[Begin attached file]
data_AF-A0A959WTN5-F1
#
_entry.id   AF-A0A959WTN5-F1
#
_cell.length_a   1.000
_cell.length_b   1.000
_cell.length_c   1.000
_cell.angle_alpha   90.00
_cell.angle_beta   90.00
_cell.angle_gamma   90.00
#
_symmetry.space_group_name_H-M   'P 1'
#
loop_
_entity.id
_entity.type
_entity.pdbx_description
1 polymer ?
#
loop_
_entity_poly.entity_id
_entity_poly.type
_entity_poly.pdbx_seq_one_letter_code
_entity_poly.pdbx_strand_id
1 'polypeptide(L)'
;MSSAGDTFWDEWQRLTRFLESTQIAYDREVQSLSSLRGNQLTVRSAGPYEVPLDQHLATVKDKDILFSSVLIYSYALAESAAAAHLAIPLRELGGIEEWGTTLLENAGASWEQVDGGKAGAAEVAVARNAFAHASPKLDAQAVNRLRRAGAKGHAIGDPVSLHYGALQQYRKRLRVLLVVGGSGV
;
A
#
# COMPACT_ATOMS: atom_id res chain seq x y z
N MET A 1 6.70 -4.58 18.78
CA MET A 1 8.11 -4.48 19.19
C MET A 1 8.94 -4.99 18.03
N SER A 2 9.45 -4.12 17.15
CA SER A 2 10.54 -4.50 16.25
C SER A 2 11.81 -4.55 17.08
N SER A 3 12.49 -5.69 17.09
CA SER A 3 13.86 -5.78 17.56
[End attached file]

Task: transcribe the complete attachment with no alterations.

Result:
data_AF-A0A959WTN5-F1
#
_entry.id   AF-A0A959WTN5-F1
#
_cell.length_a   1.000
_cell.length_b   1.000
_cell.length_c   1.000
_cell.angle_alpha   90.00
_cell.angle_beta   90.00
_cell.angle_gamma   90.00
#
_symmetry.space_group_name_H-M   'P 1'
#
loop_
_entity.id
_entity.type
_entity.pdbx_description
1 polymer ?
#
loop_
_entity_poly.entity_id
_entity_poly.type
_entity_poly.pdbx_seq_one_letter_code
_entity_poly.pdbx_strand_id
1 'polypeptide(L)'
;MSSAGDTFWDEWQRLTRFLESTQIAYDREVQSLSSLRGNQLTVRSAGPYEVPLDQHLATVKDKDILFSSVLIYSYALAESAAAAHLAIPLRELGGIEEWGTTLLENAGASWEQVDGGKAGAAEVAVARNAFAHASPKLDAQAVNRLRRAGAKGHAIGDPVSLHYGALQQYRKRLRVLLVVGGSGV
;
A
#
# COMPACT_ATOMS: atom_id res chain seq x y z
N MET A 1 6.70 -4.58 18.78
CA MET A 1 8.11 -4.48 19.19
C MET A 1 8.94 -4.99 18.03
N SER A 2 9.45 -4.12 17.15
CA SER A 2 10.54 -4.50 16.25
C SER A 2 11.81 -4.55 17.08
N SER A 3 12.49 -5.69 17.09
CA SER A 3 13.86 -5.78 17.56